if you managed,to reach our shore.

      I just love this last part..

      Not to worry, I will reach the sure..

      Hope you write me a poem that is as brave as I am

    • Beata Stasak profile image
      Author

      Beata Stasak 5 years ago from Western Australia

      Thank you for your insightful comment, my dear 'alancaster', one of the migration officers here is my friend, so I have some insight in the matter too and I often feel that ordinary people, who get their daily feed of information from press just don't have any idea what is happening....I just want my poems to be 'litle eye opener'....

    • alancaster149 profile image

      Alan R Lancaster 5 years ago from Forest Gate, London E7, U K (ex-pat Yorkshire)

      It is regrettable, the way things are in this world of ours. We spend our lives wanting to be somewhere else and when we get there somebody puts up fences to stop you getting in! If this girl and her family have been interned in Indonesia chances are they'll get wound up no end by proselytising missionaries of one sort or another. They'll end up wishing they'd stayed at home. The same goes on here, with French border control practically non-existent there's a lot more gets in than does down under. I migrated - from north to south - and have profited in no small way from being here, with my big feet on the property ladder. I'd still sooner be up north, though. Sadly the Tamils can't say they'd rather be back in Sri Lanka.

    • Beata Stasak profile image
      Author

      Beata Stasak 5 years ago from Western Australia

      My dear 'Dee aka Nonna', even before I started to write this poem, I knew that this story had to be written down...the refugees and their misplacement is one of the big social problems of our times but people tend to close their eyes and pretend it doesn't exist, but it is here to stay and it will define our century, if we like it or not....the same way we judge our forebearers for the wrong deeds of the past, we will be judged for our ability to close our doors, to close our ears, eyes and hearts to innocent and desperate people with no where else to go....

    • Dee aka Nonna profile image

      Dee aka Nonna 5 years ago

      I really don't know how I missed this before now. It is a very touching story and somehow I knew it was true, even before I got to the end. My heart was ripped with your line "there must be somewhere a place for us."

      Very moving, very touching story. Thank you for sharing. Voted up, awesome, and would be inspiring if there were such a button.

    • Beata Stasak profile image
      Author

      Beata Stasak 5 years ago from Western Australia

      Thank you 'sweetoneangel'....you are too sweet for this 'harsh' world:)....thank you for your beautiful comment, we can not change the world but we can at least write about things that need to be changed:)

    • sweetoneangel profile image

      sweetoneangel 5 years ago from New Jersey

      Again such a great poem,it brought tears to my eyes.

    • Beata Stasak profile image
      Author

      Beata Stasak 5 years ago from Western Australia

      I believe, dear Barbara, happy and sad things go in our world hand in hand and we need to write about both...about our bitter and sweet world:)...thank you so much for stopping by and leaving your beautiful poem 'the lady with a beautiful name:)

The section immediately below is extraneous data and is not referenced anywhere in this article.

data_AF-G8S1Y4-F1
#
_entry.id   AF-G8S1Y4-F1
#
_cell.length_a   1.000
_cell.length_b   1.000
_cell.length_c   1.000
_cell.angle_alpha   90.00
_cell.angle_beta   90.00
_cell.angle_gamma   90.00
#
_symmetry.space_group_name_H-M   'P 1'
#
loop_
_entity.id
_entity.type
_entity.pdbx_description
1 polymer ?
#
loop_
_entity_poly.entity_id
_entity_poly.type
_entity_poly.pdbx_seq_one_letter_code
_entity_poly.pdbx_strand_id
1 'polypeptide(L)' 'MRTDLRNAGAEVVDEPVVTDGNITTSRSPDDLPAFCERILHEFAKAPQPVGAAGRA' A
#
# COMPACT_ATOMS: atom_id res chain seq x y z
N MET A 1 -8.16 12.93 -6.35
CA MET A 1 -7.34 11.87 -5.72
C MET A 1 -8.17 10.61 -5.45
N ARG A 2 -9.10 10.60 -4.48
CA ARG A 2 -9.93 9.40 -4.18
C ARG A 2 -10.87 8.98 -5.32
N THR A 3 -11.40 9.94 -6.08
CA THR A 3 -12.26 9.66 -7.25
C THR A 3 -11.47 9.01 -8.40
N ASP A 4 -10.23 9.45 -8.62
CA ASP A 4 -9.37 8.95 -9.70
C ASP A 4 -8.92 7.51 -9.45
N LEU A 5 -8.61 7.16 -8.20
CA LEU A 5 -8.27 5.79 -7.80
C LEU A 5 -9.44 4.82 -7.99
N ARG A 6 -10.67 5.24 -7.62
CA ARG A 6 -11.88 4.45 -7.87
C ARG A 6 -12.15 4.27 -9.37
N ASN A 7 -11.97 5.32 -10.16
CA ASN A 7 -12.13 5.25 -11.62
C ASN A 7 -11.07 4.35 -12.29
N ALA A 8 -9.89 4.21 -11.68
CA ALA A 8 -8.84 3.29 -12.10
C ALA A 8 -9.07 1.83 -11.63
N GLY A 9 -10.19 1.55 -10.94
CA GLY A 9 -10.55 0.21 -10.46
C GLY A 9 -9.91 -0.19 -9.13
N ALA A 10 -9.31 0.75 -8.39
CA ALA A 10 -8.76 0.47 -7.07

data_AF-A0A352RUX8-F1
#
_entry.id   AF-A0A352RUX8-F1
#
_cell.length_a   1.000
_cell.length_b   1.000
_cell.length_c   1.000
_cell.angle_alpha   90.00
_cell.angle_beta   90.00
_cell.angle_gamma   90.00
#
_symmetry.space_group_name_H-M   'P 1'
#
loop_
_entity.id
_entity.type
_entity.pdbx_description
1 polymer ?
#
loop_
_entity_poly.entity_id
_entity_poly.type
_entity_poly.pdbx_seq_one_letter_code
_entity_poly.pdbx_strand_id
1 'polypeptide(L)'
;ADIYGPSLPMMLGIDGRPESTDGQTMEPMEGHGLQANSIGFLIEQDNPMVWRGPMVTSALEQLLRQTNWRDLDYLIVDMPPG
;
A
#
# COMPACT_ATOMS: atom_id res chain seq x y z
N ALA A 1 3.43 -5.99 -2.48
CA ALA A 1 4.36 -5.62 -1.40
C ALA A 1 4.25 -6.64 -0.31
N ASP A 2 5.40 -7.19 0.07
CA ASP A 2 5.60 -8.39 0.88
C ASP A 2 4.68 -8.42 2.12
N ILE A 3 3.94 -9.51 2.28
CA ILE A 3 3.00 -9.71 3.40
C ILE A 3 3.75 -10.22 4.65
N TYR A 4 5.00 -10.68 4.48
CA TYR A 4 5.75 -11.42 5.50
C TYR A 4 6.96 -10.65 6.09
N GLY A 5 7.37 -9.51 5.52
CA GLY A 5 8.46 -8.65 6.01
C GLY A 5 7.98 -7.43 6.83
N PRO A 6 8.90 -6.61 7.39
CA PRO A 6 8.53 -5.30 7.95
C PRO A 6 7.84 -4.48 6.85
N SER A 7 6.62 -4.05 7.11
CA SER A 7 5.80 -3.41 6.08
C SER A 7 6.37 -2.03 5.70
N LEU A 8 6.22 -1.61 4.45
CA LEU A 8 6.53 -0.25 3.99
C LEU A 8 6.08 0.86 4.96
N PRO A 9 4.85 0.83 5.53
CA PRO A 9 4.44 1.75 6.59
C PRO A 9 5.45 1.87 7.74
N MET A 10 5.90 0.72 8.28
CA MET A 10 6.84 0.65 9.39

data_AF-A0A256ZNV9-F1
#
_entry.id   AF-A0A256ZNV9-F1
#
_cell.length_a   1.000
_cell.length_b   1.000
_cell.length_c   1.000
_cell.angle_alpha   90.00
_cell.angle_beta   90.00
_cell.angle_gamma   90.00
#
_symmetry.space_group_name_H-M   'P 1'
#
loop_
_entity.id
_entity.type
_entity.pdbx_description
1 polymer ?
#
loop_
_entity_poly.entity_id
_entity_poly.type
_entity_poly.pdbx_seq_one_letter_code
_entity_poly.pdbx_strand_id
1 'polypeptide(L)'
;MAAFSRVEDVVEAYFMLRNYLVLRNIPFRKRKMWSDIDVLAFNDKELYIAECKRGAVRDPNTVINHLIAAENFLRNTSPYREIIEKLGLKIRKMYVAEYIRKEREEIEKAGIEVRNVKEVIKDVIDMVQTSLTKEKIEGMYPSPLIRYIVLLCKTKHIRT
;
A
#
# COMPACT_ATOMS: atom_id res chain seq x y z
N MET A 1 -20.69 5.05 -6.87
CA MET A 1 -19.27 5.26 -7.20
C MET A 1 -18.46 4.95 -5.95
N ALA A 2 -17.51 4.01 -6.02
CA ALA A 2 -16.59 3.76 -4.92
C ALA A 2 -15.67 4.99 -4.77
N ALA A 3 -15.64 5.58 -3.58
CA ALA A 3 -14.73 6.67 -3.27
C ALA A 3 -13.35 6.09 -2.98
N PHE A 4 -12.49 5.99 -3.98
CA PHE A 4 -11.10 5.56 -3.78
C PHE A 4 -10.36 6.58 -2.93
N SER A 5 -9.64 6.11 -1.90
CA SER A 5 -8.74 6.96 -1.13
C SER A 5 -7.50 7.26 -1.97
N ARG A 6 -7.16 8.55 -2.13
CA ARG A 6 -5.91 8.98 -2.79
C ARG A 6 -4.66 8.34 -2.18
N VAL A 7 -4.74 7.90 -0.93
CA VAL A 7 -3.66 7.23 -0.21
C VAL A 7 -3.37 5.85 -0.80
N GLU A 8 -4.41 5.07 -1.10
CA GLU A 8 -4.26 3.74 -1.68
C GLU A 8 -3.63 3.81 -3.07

• Barbara Kay profile image

      Barbara Badder 5 years ago from USA

      I enjoyed your poem, but wish such sad things didn't go on in our world. The photos are beautiful.

    • Beata Stasak profile image
      Author

      Beata Stasak 6 years ago from Western Australia

      I don't believe in using complicated words if not needed I believe in getting the important message across and I am happy I managed that...at least with this poem:)...thanks for your kind words Mr Happy:)

    • Mr. Happy profile image

      Mr. Happy 6 years ago from Toronto, Canada

      I am not very good with understanding poems but this one was quite straight forward.

      We have much to work on. Thank you for writing this. I wish people would think about the thoughts you put down here. All the best!

    • Beata Stasak profile image
      Author

      Beata Stasak 6 years ago from Western Australia

      Just as you so wonderfully said, Qwark....we are just a part of natural force in all its beauty and ugliness ..nothing is just or fair, all you need is a bad luck to be born in wrong time at wrong place....but many people don't understand and think that their place of birth, their status they have been born in or the colour of their skin gave them right to feel superior to others...but we all know they are just small specks with good luck on our not only human but natural scale:)...for them I write these reflections so they stop boasting and realise how lucky but insignificant they are...

      all the best to you Qwark..We humans need to help each other and keep our planet healthy and fair for everyone as we can:)

    • qwark profile image

      qwark 6 years ago

      Hello Beata;

      Unfortunately, as human population continues to grow, children will suffer and die in numbers like no other time in our existence.

      Brindah, sadly, is but one of those who were born with little or no hope for the future.

      It will only get worse.

      Mother Nature is cruel and heartless, but there is a balance that must be kept if life is to flourish.

      Lesser creatures than we human beings, (if there is such a thing)live and die with no ability to think...to understand their plight.

      In fact, we human creatures are but "conscious" animals that understand the consequence of death and have trouble dealing with "it" being just a natural event that ALL life will experience.